Author: C.M. Subasic
Publication Date: May 24th, 2014
Publisher: Winking Owl Publications
Number of Pages: 248
Genre: Adult Fiction
Source: Received for review
“High-energy alt-rock fiction with a femme fatale twang.”
A comic novel as colorful and gritty as Georgia red clay, The Forty Watt Flowers gives you a moshpit view of the indie band world of Athens, GA. It is a story written in guitar riffs, sweat and hope.
All Trisha wants to do is create something meaningful. Since she’s living in the indie band capital of North America, she brings four other women together and The Forty Watt Flowers are formed. Unfortunately, making great music isn’t as easy as it sounds.
Rosemarie, on keyboards, has a libido as fierce as a hurricane. Aline, the singer, is a hermit, scratching out poems in her antebellum mansion. Juanita, on drums, has a poison tongue too quick on the draw. Toni, on guitar, made the mistake of heading South to come out of the closet.
More challenging than managing this crew of misfits, Trisha needs to undo the destruction of a family. If she reaches out to her parents after two years of radio silence, will they still blame her for the death of her sister?
From the jock atmosphere of the garage where they rehearse to the beer-soaked bars where they gig, these five young women struggle to find beauty in the mess of notes they try to play and the chaos of their lives.
In a world of quick quips, status updates and 140-character philosophy, this book offers a reminder that anything worth doing requires reflection. That artistry, the truths we all recognize, can only be found when we listen deeply to ourselves and those around us.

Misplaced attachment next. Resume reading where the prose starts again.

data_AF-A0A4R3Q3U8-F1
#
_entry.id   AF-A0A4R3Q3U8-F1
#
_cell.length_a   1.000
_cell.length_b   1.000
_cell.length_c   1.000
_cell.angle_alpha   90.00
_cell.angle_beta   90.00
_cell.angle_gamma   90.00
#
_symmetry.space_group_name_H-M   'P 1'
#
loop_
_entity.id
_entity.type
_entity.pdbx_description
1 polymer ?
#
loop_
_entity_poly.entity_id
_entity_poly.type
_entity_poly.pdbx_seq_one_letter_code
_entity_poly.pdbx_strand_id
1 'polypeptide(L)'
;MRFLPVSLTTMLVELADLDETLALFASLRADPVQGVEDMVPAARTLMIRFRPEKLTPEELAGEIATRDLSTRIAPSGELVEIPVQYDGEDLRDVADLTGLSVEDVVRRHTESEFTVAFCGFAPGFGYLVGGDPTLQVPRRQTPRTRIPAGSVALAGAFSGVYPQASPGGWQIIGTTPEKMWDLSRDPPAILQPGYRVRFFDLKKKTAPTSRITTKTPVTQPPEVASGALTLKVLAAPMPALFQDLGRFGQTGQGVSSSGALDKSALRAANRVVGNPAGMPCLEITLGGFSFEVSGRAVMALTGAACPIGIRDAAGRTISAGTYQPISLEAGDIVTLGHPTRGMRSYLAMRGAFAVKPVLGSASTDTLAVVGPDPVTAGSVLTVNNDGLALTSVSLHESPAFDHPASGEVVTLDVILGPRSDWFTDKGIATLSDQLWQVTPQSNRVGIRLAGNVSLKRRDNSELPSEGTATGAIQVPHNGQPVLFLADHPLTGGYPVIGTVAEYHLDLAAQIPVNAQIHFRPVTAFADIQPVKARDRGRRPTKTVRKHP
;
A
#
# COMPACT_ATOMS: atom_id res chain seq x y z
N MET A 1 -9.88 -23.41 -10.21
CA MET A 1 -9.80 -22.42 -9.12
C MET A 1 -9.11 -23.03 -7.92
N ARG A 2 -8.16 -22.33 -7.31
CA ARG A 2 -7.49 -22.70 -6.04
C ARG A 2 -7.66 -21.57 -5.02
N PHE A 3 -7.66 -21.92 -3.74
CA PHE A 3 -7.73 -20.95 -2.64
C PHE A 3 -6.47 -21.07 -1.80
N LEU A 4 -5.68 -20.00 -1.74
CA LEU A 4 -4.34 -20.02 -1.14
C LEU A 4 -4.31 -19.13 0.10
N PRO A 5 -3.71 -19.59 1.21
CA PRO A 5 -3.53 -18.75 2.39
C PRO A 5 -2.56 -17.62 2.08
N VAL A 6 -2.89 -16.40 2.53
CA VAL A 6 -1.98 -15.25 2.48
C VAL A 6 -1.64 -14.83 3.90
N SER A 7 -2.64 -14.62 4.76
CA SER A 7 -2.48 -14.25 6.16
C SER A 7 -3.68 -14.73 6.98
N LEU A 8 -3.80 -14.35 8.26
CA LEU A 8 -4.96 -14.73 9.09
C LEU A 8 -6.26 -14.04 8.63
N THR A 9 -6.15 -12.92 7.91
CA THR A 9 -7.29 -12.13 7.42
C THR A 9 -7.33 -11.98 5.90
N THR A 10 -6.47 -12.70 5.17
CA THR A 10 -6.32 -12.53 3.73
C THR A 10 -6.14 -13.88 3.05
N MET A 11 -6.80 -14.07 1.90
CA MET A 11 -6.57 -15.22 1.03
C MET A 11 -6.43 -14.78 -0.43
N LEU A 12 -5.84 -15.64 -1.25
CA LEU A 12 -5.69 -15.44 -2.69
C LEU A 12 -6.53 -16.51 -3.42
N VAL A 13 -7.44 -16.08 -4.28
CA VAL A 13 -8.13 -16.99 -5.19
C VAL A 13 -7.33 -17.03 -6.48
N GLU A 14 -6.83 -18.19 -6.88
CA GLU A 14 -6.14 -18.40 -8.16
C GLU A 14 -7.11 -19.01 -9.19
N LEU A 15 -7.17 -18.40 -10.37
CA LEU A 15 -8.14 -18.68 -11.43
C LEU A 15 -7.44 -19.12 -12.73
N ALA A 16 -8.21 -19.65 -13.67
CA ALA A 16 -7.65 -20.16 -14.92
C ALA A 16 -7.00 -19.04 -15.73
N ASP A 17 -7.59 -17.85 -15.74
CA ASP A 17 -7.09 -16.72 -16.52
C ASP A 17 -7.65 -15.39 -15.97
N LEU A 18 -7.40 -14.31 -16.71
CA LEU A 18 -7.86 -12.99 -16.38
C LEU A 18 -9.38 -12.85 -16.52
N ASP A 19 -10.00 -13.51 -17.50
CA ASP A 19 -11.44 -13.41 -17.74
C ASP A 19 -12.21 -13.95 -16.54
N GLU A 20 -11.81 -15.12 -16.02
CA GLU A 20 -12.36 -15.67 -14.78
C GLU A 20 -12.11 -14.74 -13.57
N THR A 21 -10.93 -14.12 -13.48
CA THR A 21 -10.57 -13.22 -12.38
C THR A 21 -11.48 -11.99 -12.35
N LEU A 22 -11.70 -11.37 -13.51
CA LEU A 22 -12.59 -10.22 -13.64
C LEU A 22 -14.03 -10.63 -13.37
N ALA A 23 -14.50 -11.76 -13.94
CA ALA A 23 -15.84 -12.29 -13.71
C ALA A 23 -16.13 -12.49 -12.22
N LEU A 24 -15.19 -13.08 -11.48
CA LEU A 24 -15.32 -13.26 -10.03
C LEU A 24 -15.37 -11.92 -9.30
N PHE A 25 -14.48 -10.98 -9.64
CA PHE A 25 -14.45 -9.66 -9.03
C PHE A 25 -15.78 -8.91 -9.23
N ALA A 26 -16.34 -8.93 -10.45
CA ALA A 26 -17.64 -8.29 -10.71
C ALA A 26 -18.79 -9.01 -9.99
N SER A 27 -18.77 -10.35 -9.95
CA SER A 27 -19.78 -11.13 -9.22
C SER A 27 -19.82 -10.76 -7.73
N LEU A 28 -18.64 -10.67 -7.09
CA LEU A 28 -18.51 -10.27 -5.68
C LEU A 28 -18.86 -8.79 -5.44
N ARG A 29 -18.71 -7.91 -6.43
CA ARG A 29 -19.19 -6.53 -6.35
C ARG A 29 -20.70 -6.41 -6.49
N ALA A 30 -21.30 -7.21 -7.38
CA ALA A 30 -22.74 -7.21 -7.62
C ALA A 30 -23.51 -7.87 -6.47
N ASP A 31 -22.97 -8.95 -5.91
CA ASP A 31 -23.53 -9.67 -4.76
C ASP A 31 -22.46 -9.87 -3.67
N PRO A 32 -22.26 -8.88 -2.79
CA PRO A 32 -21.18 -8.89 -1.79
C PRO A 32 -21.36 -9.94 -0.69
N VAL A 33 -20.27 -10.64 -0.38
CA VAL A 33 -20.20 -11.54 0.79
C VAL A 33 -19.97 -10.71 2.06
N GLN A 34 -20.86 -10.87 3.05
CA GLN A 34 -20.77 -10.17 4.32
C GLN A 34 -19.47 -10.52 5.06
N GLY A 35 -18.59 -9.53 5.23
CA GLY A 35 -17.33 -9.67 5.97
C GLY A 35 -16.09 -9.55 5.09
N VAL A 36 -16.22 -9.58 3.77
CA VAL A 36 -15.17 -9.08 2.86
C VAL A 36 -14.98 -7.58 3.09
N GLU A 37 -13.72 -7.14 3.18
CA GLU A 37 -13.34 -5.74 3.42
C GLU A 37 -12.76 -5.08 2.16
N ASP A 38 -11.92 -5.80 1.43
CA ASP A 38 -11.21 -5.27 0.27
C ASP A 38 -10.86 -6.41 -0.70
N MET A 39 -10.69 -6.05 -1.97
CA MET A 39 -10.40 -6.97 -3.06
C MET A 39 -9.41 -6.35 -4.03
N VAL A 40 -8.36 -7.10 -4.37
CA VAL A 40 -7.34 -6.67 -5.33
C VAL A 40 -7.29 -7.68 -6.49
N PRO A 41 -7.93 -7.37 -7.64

A playful and sparkling novel full of characters you’ll love to hate and hate to love, The Forty Watt Flowers explores the liberating powers of rock’n’roll in a notorious music town full of the charm of the New South.
I received a copy from the author in exchange for an honest review.
This review contains spoilers.
To the author: I realize that this review is coming out way later than when I actually received the book. So to make up for that long wait period, I’m writing a really long review. Enjoy~
This book was fun.
Now I actually enjoyed this book a lot. I was a little worried that I wouldn’t like it because of the fact that the first chapter read a lot like an adult novel to me (not that I have anything against those). I just tend to stay away from it because I feel like I have trouble relating with the characters. As a teenager, I just can’t begin to fathom some of the daily issues they go through.
The book itself was about rock music and bands, which is one of my favorite genres of music. I love the raw and unadulterated sound of a band just making music. So obviously, when I was offered a copy from the author, I was pretty excited about reading it.
If I could summarize this book in a sentence, it’d probably be this.
“Bartending playwright goes through a mid-life crisis and starts a female rock band.”
The focus of this book was friendship and self-discovery. Rock bands require a lot of teamwork to provide the right sound and make meaningful music that has a life of it’s own. So while this book lacked a plot, there was definitely a lot of development of the relationships within the book. Friendships are yay! I liked most of the relationships in the book. They were well written and realistic.
The band was made up of five women: Trisha, Rosemarie, Aline, Juanita, and Toni. Each of them were important to the band and had their own important backstories.